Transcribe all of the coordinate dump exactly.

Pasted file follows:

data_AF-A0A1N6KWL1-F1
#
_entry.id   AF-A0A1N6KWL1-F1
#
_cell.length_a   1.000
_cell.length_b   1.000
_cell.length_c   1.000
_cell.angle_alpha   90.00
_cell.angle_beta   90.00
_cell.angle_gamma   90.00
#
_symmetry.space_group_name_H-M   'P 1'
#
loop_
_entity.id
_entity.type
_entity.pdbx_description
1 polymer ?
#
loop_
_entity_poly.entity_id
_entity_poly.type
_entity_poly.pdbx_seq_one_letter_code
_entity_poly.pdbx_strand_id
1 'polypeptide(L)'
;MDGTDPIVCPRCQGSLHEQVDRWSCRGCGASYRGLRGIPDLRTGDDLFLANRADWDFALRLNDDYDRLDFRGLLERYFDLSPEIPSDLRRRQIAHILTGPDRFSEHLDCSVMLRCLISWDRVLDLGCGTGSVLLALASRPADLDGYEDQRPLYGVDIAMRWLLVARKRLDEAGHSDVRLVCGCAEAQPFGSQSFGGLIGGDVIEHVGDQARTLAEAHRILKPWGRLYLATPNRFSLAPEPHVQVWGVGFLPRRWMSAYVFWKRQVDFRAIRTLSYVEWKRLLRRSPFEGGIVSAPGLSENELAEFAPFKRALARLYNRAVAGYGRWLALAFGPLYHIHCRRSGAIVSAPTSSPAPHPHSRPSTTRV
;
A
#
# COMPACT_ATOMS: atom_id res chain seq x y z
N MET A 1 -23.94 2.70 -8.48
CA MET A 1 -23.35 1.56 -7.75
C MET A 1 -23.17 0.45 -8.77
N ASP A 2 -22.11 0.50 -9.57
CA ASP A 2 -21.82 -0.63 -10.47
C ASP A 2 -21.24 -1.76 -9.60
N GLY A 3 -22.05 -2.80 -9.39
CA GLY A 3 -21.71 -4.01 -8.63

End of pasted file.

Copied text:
data_AF-A0A1N6KWL1-F1
#
_entry.id   AF-A0A1N6KWL1-F1
#
_cell.length_a   1.000
_cell.length_b   1.000
_cell.length_c   1.000
_cell.angle_alpha   90.00
_cell.angle_beta   90.00
_cell.angle_gamma   90.00
#
_symmetry.space_group_name_H-M   'P 1'
#
loop_
_entity.id
_entity.type
_entity.pdbx_description
1 polymer ?
#
loop_
_entity_poly.entity_id
_entity_poly.type
_entity_poly.pdbx_seq_one_letter_code
_entity_poly.pdbx_strand_id
1 'polypeptide(L)'
;MDGTDPIVCPRCQGSLHEQVDRWSCRGCGASYRGLRGIPDLRTGDDLFLANRADWDFALRLNDDYDRLDFRGLLERYFDLSPEIPSDLRRRQIAHILTGPDRFSEHLDCSVMLRCLISWDRVLDLGCGTGSVLLALASRPADLDGYEDQRPLYGVDIAMRWLLVARKRLDEAGHSDVRLVCGCAEAQPFGSQSFGGLIGGDVIEHVGDQARTLAEAHRILKPWGRLYLATPNRFSLAPEPHVQVWGVGFLPRRWMSAYVFWKRQVDFRAIRTLSYVEWKRLLRRSPFEGGIVSAPGLSENELAEFAPFKRALARLYNRAVAGYGRWLALAFGPLYHIHCRRSGAIVSAPTSSPAPHPHSRPSTTRV
;
A
#
# COMPACT_ATOMS: atom_id res chain seq x y z
N MET A 1 -23.94 2.70 -8.48
CA MET A 1 -23.35 1.56 -7.75
C MET A 1 -23.17 0.45 -8.77
N ASP A 2 -22.11 0.50 -9.57
CA ASP A 2 -21.82 -0.63 -10.47
C ASP A 2 -21.24 -1.76 -9.60
N GLY A 3 -22.05 -2.80 -9.39
CA GLY A 3 -21.71 -4.01 -8.63